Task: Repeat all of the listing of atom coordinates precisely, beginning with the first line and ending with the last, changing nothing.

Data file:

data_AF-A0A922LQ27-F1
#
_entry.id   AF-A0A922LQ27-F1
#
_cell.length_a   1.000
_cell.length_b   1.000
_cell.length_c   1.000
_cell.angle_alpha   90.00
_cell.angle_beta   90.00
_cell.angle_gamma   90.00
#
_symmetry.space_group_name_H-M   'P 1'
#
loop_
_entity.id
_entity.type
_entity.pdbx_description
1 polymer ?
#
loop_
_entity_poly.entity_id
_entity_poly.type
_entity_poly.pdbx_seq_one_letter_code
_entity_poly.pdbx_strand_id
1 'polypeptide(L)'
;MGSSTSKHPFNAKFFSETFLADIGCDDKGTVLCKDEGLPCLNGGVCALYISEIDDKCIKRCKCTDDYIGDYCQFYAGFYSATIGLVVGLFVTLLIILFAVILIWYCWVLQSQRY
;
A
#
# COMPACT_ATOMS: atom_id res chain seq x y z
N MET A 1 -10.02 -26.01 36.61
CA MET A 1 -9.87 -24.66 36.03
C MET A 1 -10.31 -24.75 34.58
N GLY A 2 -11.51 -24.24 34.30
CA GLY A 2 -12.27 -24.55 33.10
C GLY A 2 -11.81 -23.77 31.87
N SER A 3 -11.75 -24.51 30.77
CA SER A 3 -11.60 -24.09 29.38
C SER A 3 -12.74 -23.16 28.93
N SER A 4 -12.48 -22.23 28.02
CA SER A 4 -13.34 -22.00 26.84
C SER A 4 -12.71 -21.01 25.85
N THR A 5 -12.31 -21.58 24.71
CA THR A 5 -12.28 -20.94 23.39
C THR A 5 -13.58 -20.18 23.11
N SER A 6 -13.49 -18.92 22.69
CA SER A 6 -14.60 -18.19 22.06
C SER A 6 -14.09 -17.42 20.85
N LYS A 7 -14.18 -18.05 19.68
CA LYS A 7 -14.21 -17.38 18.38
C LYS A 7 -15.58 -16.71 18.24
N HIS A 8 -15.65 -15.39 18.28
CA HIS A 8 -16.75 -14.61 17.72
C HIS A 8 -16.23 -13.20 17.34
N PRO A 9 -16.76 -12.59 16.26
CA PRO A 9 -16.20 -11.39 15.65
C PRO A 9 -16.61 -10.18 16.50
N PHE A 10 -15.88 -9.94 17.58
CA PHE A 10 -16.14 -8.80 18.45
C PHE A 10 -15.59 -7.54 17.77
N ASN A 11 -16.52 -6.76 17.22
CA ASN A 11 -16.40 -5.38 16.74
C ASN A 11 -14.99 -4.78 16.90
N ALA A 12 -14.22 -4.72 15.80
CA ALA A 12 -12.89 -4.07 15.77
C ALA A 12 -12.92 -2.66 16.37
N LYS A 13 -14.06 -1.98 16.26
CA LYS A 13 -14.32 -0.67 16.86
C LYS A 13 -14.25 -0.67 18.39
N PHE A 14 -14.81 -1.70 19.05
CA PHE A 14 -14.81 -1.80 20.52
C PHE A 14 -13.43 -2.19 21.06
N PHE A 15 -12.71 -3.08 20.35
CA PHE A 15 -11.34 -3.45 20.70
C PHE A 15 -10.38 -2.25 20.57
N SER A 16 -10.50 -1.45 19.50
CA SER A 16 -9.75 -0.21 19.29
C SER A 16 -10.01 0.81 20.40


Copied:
data_AF-A0A922LQ27-F1
#
_entry.id   AF-A0A922LQ27-F1
#
_cell.length_a   1.000
_cell.length_b   1.000
_cell.length_c   1.000
_cell.angle_alpha   90.00
_cell.angle_beta   90.00
_cell.angle_gamma   90.00
#
_symmetry.space_group_name_H-M   'P 1'
#
loop_
_entity.id
_entity.type
_entity.pdbx_description
1 polymer ?
#
loop_
_entity_poly.entity_id
_entity_poly.type
_entity_poly.pdbx_seq_one_letter_code
_entity_poly.pdbx_strand_id
1 'polypeptide(L)'
;MGSSTSKHPFNAKFFSETFLADIGCDDKGTVLCKDEGLPCLNGGVCALYISEIDDKCIKRCKCTDDYIGDYCQFYAGFYSATIGLVVGLFVTLLIILFAVILIWYCWVLQSQRY
;
A
#
# COMPACT_ATOMS: atom_id res chain seq x y z
N MET A 1 -10.02 -26.01 36.61
CA MET A 1 -9.87 -24.66 36.03
C MET A 1 -10.31 -24.75 34.58
N GLY A 2 -11.51 -24.24 34.30
CA GLY A 2 -12.27 -24.55 33.10
C GLY A 2 -11.81 -23.77 31.87
N SER A 3 -11.75 -24.51 30.77
CA SER A 3 -11.60 -24.09 29.38
C SER A 3 -12.74 -23.16 28.93
N SER A 4 -12.48 -22.23 28.02
CA SER A 4 -13.34 -22.00 26.84
C SER A 4 -12.71 -21.01 25.85
N THR A 5 -12.31 -21.58 24.71
CA THR A 5 -12.28 -20.94 23.39
C THR A 5 -13.58 -20.18 23.11
N SER A 6 -13.49 -18.92 22.69
CA SER A 6 -14.60 -18.19 22.06
C SER A 6 -14.09 -17.42 20.85
N LYS A 7 -14.18 -18.05 19.68
CA LYS A 7 -14.21 -17.38 18.38
C LYS A 7 -15.58 -16.71 18.24
N HIS A 8 -15.65 -15.39 18.28
CA HIS A 8 -16.75 -14.61 17.72
C HIS A 8 -16.23 -13.20 17.34
N PRO A 9 -16.76 -12.59 16.26
CA PRO A 9 -16.20 -11.39 15.65
C PRO A 9 -16.61 -10.18 16.50
N PHE A 10 -15.88 -9.94 17.58
CA PHE A 10 -16.14 -8.80 18.45
C PHE A 10 -15.59 -7.54 17.77
N ASN A 11 -16.52 -6.76 17.22
CA ASN A 11 -16.40 -5.38 16.74
C ASN A 11 -14.99 -4.78 16.90
N ALA A 12 -14.22 -4.72 15.80
CA ALA A 12 -12.89 -4.07 15.77
C ALA A 12 -12.92 -2.66 16.37
N LYS A 13 -14.06 -1.98 16.26
CA LYS A 13 -14.32 -0.67 16.86
C LYS A 13 -14.25 -0.67 18.39
N PHE A 14 -14.81 -1.70 19.05
CA PHE A 14 -14.81 -1.80 20.52
C PHE A 14 -13.43 -2.19 21.06
N PHE A 15 -12.71 -3.08 20.35
CA PHE A 15 -11.34 -3.45 20.70
C PHE A 15 -10.38 -2.25 20.57
N SER A 16 -10.50 -1.45 19.50
CA SER A 16 -9.75 -0.21 19.29
C SER A 16 -10.01 0.81 20.40